5 coming of age graphic novels you need to read
As 'Fun Home' comes under fire from a group of Christian Duke freshmen, we round up five great illustrated struggles with identity, sexuality, faith and family - from "Ghost world" to "Persepolis".
Earlier this week, news that a group of incoming Duke University freshmen refused to read Alison Bechdel's award-winning graphic novel Fun Home for a summer assignment went viral. One of these freshmen, Brian Grasso, penned an opinion piece for the Washington Post explaining his decision to opt out of the assignment: he feels the work's illustrations constitute pornography and thus violate the teachings of the Bible. While his claim that "the book includes cartoon drawings of a woman masturbating and multiple women engaging in oral sex" is correct, when you consider that these acts make up less than ten pages of a deeply moving story about adolescent identity, "pornography" doesn't seem an apt characterization of Bechdel's 232-page work.
Although graphic novels like Fun Home have long been caught in censorship crossfire for their, well, graphic nature, many are honest, vulnerable and valuable stories of young adults struggling to find themselves. From Craig Thompson's Blankets to Charles Burns' Black Hole, here are the five coming of age graphic novels that should be on your bookshelf.
If you're not a Duke student, here's a rundown: Fun Home is an illustrated memoir depicting author Alison Bechdel's complex relationship with her funeral director father, as well as her struggle coming to terms with her own homosexuality. It was published in 2006, and it's since been adapted into a Tony Award-winning musical, which, according to Slate, is "the first mainstream musical about a young lesbian." Yes, it involves -- brace yourself -- gay sex. It's also steeped in brilliant literary references from James Joyce to Oscar Wilde that Bechdel deploys alongside gray-green ink illustrations. Her candid and carefully crafted story of suicide, emotional abuse and sexual orientation might keep the "challenges and attempted banning" section of the novel's Wikipedia entry growing, but trust us, it's worth the read.
Okay, full disclosure: I rented Blankets from the library in seventh grade because Seth Cohen mentioned it on an early episode of The O.C. (Hey, he didn't steer me wrong on The Amazing Adventures of Kavalier & Clay.) A staggering 600 pages of intricate black-and-white illustrations, Blankets is a fucking tear-jerker. The book tells the story of author Craig Thompson's adolescence as an Evangelical Christian struggling through childhood neglect, sexual abuse and first love. It's #66 on Time's top 100 "Best Young Adult Books of All Time" list, (fortunately) far outranking Twilight.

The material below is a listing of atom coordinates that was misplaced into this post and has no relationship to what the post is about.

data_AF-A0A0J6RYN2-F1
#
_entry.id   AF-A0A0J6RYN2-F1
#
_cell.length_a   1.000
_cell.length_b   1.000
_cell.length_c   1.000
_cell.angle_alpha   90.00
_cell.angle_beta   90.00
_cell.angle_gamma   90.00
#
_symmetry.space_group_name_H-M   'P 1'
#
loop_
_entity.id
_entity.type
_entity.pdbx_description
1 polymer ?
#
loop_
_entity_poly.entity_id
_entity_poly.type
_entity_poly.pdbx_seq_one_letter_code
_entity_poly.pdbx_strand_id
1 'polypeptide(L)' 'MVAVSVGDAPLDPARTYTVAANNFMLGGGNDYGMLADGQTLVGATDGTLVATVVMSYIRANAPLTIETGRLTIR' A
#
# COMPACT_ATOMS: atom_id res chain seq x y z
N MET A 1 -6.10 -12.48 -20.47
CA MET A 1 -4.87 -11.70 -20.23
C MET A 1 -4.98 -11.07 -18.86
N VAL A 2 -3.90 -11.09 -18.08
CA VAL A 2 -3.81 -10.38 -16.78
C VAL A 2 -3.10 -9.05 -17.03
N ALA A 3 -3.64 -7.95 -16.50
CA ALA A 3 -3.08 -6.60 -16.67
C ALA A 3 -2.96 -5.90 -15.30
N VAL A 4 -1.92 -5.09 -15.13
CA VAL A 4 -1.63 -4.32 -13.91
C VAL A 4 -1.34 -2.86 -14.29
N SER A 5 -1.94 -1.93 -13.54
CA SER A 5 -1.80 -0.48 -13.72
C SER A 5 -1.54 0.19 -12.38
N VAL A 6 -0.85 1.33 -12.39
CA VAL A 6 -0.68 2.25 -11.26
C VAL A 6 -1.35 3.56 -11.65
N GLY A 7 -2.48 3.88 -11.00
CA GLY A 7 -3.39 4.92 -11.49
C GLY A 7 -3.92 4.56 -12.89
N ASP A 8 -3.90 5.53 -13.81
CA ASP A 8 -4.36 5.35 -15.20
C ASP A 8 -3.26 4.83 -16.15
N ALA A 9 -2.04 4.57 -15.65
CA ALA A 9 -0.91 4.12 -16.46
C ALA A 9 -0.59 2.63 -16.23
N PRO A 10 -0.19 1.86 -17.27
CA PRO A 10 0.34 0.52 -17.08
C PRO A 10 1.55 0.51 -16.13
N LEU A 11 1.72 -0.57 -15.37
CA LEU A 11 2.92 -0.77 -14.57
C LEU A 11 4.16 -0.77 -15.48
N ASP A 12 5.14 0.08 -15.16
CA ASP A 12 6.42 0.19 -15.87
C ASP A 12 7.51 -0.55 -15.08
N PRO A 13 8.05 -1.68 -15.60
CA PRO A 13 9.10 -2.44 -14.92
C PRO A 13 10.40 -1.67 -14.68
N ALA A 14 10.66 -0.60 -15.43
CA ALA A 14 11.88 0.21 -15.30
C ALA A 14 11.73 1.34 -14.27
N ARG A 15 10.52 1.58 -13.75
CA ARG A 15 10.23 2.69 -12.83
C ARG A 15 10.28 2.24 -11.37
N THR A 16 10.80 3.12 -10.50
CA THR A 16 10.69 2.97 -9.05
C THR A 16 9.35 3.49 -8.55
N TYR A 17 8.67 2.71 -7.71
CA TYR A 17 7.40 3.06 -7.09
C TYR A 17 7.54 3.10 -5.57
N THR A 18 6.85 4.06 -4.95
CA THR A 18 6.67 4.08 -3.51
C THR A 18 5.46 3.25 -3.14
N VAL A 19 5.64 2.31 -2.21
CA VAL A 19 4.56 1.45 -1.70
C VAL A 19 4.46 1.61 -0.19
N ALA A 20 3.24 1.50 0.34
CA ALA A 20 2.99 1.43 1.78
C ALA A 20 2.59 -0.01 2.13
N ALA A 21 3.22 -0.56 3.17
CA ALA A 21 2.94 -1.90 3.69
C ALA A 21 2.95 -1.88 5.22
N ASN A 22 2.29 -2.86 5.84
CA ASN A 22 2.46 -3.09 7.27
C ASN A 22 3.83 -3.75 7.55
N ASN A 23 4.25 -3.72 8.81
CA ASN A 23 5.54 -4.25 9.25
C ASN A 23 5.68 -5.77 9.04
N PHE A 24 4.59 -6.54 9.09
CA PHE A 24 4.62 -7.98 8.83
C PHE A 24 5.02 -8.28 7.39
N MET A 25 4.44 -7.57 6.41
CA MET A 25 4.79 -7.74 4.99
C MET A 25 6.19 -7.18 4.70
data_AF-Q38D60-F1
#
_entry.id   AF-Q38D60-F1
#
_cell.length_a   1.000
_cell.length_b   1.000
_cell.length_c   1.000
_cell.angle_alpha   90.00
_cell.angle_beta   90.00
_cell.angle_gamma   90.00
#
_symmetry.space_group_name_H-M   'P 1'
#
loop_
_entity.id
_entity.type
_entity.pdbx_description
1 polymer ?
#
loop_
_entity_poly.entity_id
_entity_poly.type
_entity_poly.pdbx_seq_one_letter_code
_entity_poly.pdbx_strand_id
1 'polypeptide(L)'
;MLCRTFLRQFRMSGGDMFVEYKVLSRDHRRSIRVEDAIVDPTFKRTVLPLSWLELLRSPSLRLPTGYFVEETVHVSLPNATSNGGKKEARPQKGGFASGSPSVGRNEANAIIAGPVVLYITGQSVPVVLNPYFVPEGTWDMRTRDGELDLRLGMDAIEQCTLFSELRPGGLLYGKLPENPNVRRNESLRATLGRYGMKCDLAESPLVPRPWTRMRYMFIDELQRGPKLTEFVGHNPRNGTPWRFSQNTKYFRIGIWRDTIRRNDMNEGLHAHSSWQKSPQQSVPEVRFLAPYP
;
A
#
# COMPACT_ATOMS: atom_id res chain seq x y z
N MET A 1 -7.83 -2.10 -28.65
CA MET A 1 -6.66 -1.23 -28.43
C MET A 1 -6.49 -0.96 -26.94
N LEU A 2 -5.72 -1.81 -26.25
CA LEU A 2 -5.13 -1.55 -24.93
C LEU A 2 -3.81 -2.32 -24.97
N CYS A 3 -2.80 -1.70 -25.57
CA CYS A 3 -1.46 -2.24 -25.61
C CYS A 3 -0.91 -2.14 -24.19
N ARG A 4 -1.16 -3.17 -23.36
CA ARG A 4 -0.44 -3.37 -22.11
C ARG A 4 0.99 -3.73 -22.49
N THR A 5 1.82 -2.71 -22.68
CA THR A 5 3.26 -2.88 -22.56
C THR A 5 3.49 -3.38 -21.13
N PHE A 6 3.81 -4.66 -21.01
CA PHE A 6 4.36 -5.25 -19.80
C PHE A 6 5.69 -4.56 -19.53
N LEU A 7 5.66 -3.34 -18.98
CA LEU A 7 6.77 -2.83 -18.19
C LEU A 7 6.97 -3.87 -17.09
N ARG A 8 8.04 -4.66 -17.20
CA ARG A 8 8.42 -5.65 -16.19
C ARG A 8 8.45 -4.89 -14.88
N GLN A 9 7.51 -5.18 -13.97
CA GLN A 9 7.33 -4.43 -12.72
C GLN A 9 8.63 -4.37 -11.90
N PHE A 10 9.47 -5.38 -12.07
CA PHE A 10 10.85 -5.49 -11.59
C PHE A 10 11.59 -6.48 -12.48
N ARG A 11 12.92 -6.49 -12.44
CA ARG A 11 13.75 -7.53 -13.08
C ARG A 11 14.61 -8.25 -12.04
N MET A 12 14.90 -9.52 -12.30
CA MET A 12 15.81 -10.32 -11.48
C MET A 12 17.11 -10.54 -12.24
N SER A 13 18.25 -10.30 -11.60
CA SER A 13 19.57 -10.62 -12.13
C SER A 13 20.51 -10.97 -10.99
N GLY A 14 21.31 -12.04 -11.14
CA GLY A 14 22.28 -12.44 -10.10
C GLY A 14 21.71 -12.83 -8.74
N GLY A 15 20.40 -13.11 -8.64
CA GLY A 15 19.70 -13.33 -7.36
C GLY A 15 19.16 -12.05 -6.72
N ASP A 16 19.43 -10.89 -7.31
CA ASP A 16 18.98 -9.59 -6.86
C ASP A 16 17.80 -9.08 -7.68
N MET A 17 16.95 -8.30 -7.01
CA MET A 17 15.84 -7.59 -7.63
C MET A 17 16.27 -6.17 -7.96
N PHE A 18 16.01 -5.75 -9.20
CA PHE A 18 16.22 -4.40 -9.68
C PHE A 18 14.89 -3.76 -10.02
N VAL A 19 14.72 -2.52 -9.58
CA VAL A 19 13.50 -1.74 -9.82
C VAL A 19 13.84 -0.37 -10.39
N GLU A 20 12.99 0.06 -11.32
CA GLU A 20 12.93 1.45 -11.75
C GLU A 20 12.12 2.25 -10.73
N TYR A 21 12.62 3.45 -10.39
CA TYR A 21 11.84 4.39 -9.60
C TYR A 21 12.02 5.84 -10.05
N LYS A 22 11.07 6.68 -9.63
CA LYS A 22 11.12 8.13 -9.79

You're probably familiar with this graphic novel's cult film adaptation, in which Scarlett Johansson and Thora Birch play cynical high school seniors Rebecca Doppelmeyer and Enid Coleslaw. The storyline originally unfolded over seven issues of Daniel Clowes' comic book series Eightball, but was later published as a single book in 97. Although the filmic version zeroes in on Enid's remedial art class and matchmaking abilities, the illustrated series more thoroughly develops the pair's friendship. Don't worry: there's still plenty of shitting on suburbia and 90s style inspo.
Easily the most terrifying entry on this list, Black Hole tells the story of a mysterious STD that ravages Seattle in the 1970s and causes gross genetic mutations in its victims, the city's teenage population. Given the story's timeframe and the nature of the disease, many have read Black Hole as a metaphor for the early years of the HIV/AIDs crisis -- the affected teens come to view themselves as outsiders after being alienated from their community. But the novel's author, Charles Burns, has stated that the mutations can be read as metaphors for larger issues of adolescent sexuality and identity: "When you are at that age you are trying to reinvent yourself, and you are trying to slip out of your life, and transform into something else."
Widely considered one of the best graphic novels of all time, this autobiographical four-part series follows Marjane Satrapi's coming of age as a young woman in totalitarian Iran during the early 80s, as well as her high school and early adult years after fleeing to Vienna. Persepolis' early pages establish that even at 10 years old, Marji is a real life feminist, socialist, punk rock Lisa Simpson -- she challenges the newly instituted veil and the gender segregation of her school, and squares off with religious elders when they try to stop her from listening to Michael Jackson.
Text Emily Manning